Army doctor cleared of ‘virginity test’ charge

An Egyptian military tribunal has acquitted an army doctor of public obscenity after a protester claimed she was forced to undergo a virginity test while in detention.

The court denied the humiliating tests even took place, despite a ruling by another court and admissions by generals quoted by a leading rights group.

The ruling further infuriated the country’s revolutionary youth movements, who have said claims of the virginity tests were the first sign that the generals who took over from deposed president Hosni Mubarak 13 months ago were carrying on his repressive practices.

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Less than four months before the military is scheduled to hand over power to a civilian administration, yesterday’s verdict is likely to increases suspicions that the generals are trying to remove any legal basis for prosecution for crimes committed during their rule after they step down. Activists are calling for the generals to face charges for human rights abuses.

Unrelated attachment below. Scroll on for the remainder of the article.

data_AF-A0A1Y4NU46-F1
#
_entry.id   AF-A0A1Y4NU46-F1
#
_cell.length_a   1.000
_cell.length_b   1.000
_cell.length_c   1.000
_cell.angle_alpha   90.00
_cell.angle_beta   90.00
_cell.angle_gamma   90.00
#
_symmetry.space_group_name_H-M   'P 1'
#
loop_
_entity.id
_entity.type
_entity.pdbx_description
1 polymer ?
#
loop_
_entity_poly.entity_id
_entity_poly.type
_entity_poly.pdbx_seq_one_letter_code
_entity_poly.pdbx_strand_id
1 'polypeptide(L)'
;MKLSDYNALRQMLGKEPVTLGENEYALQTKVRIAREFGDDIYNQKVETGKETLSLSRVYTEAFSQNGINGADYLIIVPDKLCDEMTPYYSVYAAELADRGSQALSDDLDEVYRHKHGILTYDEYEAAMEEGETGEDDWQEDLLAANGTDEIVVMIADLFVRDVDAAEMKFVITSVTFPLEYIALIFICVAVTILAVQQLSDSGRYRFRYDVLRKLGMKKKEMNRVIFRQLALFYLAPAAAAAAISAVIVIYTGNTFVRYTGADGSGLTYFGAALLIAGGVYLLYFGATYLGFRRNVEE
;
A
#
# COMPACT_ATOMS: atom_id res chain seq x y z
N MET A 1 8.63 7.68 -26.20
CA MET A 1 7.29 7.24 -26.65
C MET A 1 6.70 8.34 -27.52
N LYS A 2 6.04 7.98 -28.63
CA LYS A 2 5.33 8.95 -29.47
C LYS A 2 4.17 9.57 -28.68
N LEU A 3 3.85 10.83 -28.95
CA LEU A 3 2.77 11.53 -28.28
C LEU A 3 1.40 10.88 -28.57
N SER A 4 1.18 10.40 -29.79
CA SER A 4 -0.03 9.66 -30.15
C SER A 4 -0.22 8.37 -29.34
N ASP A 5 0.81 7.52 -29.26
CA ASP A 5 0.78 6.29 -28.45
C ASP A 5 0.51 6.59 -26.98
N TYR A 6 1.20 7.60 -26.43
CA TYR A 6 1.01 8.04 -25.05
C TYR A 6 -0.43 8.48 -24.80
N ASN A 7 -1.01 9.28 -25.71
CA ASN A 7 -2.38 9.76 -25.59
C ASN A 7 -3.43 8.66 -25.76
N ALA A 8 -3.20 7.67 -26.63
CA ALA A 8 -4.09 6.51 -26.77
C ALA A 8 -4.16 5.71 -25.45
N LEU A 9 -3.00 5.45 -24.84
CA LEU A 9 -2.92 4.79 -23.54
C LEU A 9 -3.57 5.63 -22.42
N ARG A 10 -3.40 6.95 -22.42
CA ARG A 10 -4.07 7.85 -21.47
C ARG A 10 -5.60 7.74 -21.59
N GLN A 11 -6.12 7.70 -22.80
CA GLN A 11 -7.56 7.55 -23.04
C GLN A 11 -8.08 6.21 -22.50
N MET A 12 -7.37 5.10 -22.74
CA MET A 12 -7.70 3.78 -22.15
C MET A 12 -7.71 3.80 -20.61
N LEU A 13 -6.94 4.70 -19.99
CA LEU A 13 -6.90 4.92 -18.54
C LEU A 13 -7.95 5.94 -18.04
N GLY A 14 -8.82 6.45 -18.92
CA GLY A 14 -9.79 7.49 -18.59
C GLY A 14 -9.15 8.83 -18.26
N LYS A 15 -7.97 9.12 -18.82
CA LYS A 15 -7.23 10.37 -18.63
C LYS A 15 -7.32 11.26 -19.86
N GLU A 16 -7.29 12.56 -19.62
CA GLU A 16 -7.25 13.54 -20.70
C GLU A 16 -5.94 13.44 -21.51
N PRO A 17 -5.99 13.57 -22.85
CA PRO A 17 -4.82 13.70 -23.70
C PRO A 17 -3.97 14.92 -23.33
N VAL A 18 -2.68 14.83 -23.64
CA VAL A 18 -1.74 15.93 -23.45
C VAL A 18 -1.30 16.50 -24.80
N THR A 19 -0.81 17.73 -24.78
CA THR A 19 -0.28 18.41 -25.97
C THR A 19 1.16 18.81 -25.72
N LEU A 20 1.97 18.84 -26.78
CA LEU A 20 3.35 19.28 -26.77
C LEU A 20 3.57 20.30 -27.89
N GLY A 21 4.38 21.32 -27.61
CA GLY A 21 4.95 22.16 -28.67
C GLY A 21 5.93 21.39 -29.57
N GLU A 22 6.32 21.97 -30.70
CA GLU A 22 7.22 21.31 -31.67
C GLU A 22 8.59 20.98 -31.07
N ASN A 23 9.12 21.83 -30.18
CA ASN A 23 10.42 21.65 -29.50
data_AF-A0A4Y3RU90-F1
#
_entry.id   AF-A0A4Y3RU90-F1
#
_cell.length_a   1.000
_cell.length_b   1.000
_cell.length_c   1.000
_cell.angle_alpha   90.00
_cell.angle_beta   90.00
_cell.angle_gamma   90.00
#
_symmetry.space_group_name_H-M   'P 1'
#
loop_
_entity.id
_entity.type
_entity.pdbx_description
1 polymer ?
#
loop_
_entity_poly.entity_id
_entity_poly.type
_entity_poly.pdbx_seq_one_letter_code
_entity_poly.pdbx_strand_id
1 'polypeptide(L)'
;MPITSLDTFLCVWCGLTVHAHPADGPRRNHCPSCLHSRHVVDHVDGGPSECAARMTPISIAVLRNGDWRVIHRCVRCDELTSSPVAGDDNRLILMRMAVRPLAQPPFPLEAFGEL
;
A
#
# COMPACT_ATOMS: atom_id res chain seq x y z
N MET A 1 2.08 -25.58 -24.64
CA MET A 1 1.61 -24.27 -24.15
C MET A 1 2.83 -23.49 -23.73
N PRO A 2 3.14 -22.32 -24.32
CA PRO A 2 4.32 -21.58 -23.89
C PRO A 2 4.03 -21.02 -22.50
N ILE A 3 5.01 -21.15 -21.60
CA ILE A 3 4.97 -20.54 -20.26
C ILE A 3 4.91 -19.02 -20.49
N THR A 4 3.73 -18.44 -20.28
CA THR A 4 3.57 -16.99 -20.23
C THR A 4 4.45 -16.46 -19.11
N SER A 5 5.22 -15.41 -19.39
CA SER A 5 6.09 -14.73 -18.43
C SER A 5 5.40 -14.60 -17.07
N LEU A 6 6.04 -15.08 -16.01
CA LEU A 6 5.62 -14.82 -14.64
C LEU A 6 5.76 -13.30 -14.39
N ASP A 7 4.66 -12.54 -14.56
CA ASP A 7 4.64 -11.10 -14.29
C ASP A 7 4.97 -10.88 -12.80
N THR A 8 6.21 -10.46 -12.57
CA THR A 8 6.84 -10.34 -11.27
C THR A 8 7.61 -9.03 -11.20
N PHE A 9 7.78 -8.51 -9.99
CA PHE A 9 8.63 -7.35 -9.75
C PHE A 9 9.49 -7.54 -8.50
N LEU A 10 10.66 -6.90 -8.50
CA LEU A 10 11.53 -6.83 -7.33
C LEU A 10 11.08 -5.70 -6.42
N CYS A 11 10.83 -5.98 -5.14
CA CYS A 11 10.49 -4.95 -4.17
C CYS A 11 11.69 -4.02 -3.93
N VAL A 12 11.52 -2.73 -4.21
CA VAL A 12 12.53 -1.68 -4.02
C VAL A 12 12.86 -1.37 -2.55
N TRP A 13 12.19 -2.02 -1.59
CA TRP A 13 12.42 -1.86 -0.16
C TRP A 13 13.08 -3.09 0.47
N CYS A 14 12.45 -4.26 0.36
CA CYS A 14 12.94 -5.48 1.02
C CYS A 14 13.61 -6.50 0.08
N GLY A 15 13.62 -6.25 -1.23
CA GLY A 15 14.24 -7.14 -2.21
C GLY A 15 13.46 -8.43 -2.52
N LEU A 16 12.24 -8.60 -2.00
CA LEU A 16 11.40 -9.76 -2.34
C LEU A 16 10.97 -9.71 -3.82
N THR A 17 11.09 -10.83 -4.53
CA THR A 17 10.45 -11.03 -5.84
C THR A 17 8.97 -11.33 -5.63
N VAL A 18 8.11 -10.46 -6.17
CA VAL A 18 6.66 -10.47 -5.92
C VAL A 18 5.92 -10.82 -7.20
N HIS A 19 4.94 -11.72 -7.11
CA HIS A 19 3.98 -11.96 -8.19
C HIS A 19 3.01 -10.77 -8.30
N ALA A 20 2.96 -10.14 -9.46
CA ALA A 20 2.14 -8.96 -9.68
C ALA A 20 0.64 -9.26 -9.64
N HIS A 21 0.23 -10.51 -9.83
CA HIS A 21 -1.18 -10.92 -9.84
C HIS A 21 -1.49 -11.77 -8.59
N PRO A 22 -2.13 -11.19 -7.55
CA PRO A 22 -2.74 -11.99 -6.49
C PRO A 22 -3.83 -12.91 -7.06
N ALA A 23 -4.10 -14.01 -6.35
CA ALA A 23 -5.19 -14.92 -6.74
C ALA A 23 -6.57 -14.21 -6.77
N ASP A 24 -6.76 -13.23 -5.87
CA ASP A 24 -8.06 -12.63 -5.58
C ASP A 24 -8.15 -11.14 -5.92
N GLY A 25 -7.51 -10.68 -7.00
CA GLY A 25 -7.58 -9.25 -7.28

Samira Ibrahim, one of seven women who said they were forced to undergo examinations to determine if they were virgins while detained by the military a year ago, won a civilian court ruling last year that affirmed the tests were taking place at military jails.

Military prosecutors investigating her accusations brought only one individual, Dr Ahmed Adel, to trial, and he was acquitted.

“No one stained my honour,” Ms Ibrahim wrote on her Twitter account after the verdict. “The one that had her honour stained is Egypt. I will carry on until I restore Egypt’s rights.”

Major General Adel al-Mursi, head of the military prosecution, defended the verdict. He said the judge ruled “according to his conscience and in view of the case’s documents.”